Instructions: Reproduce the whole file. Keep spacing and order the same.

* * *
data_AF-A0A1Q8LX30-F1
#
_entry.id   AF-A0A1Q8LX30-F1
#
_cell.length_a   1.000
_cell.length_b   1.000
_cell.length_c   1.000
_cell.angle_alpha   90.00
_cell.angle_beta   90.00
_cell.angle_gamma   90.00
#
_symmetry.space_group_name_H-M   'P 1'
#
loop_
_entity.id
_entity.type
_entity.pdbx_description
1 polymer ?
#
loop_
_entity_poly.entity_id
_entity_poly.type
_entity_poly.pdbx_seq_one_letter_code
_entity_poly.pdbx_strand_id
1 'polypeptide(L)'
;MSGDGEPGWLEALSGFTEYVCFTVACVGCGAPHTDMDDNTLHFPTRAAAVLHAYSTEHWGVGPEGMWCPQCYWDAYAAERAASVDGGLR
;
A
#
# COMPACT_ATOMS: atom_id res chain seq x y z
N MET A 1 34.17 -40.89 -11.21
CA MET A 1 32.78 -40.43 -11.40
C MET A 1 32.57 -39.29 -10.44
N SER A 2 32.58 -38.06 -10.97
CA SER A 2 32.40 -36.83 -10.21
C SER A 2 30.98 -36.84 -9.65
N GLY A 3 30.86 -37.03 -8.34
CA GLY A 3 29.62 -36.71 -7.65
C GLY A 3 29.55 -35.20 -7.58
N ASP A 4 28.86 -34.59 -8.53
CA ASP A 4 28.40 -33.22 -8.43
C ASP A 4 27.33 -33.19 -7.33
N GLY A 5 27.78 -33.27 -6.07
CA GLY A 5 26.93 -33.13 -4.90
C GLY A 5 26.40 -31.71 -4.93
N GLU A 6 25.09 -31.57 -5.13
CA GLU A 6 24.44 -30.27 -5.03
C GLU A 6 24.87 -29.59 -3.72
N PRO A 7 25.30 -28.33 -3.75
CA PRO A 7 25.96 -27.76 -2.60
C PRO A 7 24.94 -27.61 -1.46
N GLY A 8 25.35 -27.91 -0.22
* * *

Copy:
data_AF-A0A1Q8LX30-F1
#
_entry.id   AF-A0A1Q8LX30-F1
#
_cell.length_a   1.000
_cell.length_b   1.000
_cell.length_c   1.000
_cell.angle_alpha   90.00
_cell.angle_beta   90.00
_cell.angle_gamma   90.00
#
_symmetry.space_group_name_H-M   'P 1'
#
loop_
_entity.id
_entity.type
_entity.pdbx_description
1 polymer ?
#
loop_
_entity_poly.entity_id
_entity_poly.type
_entity_poly.pdbx_seq_one_letter_code
_entity_poly.pdbx_strand_id
1 'polypeptide(L)'
;MSGDGEPGWLEALSGFTEYVCFTVACVGCGAPHTDMDDNTLHFPTRAAAVLHAYSTEHWGVGPEGMWCPQCYWDAYAAERAASVDGGLR
;
A
#
# COMPACT_ATOMS: atom_id res chain seq x y z
N MET A 1 34.17 -40.89 -11.21
CA MET A 1 32.78 -40.43 -11.40
C MET A 1 32.57 -39.29 -10.44
N SER A 2 32.58 -38.06 -10.97
CA SER A 2 32.40 -36.83 -10.21
C SER A 2 30.98 -36.84 -9.65
N GLY A 3 30.86 -37.03 -8.34
CA GLY A 3 29.62 -36.71 -7.65
C GLY A 3 29.55 -35.20 -7.58
N ASP A 4 28.86 -34.59 -8.53
CA ASP A 4 28.40 -33.22 -8.43
C ASP A 4 27.33 -33.19 -7.33
N GLY A 5 27.78 -33.27 -6.07
CA GLY A 5 26.93 -33.13 -4.90
C GLY A 5 26.40 -31.71 -4.93
N GLU A 6 25.09 -31.57 -5.13
CA GLU A 6 24.44 -30.27 -5.03
C GLU A 6 24.87 -29.59 -3.72
N PRO A 7 25.30 -28.33 -3.75
CA PRO A 7 25.96 -27.76 -2.60
C PRO A 7 24.94 -27.61 -1.46
N GLY A 8 25.35 -27.91 -0.22